• 3-minute read
  • 28th May 2018

What Are Contractions?

If you’re heavily pregnant and noticing a tightness in your uterus at regular intervals, congratulations! You’re probably about to go into labor. However, if you’re looking for advice on that issue, we’re afraid you’re in the wrong place. The “contractions” we’re interested in are words.

But what are these contractions? And how can you avoid errors when using them in your writing? Read on below to find out!

What Are Contractions?

A contraction is an abbreviation formed by combining two words. For instance:

Could not = Couldn’t

I am = I’m

Where is = Where’s

As shown above, we use an apostrophe to indicate that letters have been dropped from the new word. All contractions are formed like this, so make sure not to miss the apostrophe out!

When to Use Contractions

Contractions are very common in speech. As a result, you can use them in writing if you’re aiming for an informal, friendly tone. They’re also very useful in fiction, especially dialogue.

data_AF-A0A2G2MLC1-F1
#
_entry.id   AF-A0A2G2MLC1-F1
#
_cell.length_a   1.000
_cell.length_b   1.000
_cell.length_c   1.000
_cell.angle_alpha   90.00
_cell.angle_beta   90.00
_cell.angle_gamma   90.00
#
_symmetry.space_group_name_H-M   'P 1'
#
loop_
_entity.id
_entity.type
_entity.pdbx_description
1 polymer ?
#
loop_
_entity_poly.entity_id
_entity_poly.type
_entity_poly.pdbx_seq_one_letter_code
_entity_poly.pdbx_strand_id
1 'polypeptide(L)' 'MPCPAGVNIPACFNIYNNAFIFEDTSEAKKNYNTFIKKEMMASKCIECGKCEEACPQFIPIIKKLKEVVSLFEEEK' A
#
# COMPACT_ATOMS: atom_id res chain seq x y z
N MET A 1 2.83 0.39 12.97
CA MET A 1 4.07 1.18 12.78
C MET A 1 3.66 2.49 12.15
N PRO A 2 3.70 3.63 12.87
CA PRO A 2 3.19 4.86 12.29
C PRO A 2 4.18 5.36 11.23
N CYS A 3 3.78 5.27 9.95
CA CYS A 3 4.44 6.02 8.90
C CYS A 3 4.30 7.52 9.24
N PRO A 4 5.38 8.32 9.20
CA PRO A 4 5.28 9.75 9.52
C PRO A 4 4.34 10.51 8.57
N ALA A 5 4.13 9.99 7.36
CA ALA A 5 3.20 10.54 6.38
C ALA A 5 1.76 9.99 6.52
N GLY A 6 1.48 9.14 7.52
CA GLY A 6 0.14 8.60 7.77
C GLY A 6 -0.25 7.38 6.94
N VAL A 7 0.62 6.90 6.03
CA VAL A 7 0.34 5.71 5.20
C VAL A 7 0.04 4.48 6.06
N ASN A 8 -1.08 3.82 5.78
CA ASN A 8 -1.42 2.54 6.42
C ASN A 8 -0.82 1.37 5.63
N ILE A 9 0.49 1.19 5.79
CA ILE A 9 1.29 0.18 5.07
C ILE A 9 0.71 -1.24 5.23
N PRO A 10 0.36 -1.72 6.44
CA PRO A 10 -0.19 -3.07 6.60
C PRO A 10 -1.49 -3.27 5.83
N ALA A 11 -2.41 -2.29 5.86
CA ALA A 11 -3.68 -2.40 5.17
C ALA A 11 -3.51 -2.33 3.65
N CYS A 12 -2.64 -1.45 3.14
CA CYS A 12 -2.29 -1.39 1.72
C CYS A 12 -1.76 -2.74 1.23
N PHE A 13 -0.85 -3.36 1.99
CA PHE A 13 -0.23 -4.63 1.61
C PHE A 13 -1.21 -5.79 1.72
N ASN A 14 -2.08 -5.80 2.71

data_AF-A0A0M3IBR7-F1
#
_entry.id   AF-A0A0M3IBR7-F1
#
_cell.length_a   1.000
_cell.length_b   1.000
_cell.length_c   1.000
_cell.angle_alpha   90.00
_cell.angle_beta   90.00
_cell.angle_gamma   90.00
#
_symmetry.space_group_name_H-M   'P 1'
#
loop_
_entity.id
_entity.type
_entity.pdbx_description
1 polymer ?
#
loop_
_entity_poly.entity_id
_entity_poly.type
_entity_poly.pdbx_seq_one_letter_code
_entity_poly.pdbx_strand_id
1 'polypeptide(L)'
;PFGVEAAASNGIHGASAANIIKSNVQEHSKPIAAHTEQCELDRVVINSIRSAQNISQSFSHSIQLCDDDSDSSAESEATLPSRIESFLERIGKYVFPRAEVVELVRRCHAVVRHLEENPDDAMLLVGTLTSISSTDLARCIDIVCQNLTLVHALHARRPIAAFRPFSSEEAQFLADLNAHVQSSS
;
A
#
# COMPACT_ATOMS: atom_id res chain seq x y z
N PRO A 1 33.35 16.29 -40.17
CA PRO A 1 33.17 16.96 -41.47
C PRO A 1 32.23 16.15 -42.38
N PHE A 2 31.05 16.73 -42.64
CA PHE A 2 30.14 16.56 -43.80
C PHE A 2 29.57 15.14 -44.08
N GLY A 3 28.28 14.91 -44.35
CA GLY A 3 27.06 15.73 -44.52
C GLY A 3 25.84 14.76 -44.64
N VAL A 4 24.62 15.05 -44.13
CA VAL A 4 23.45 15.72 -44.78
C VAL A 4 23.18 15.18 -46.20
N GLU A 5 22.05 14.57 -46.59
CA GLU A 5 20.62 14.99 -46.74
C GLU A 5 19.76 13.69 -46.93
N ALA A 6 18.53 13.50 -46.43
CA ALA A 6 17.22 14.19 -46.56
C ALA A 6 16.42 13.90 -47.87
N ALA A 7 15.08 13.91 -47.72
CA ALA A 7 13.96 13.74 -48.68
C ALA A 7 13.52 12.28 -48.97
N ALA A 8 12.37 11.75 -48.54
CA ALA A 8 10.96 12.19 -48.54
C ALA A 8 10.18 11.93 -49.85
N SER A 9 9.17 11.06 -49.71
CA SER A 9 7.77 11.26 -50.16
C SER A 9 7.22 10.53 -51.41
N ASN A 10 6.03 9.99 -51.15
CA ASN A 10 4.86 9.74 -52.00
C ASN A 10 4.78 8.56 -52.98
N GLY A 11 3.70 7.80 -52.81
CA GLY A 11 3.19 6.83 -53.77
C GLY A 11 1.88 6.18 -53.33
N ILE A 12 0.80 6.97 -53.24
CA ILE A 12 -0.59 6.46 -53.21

However, since contractions are informal, you should not use them in formal writing (e.g., college papers and technical writing). The one exception to this is “o’clock” if you’re writing down a time in full (this is actually a contraction of “of the clock”).

What time of the clock is it?

Watch Out for These Sneaky Words!

Finally, we’ll end on a list of common contractions that are regularly misused or that could be confusing. Look out for these terms in your writing and make sure that you’ve got them right:


What It Means

Common Errors


It is or it has

Don’t confuse this term with the possessive determiner “its” (no apostrophe).


They are

Not to be confused for the possessive determiner “their” or the adverb “there.”


We are

Not to be confused with the past tense verb “were” or the adverb “where.”


You are

Not to be confused with the possessive “your.”



The full form of this term is written as a single word, so make sure not to write “can not” in formal writing.


Will not

This term is technically short for “woll not,” since “woll” is an old-fashioned spelling of “will.” And although “will” became standard for the positive form, the “o” spelling became standard for the negative contraction.

With these terms, if you’re not sure whether the contraction is correct, try using the expanded version in the sentence. For example, while “we’re” and “were” look similar written down, there is an obvious difference between “they were happy” (grammatical) and “they we are happy” (ungrammatical).

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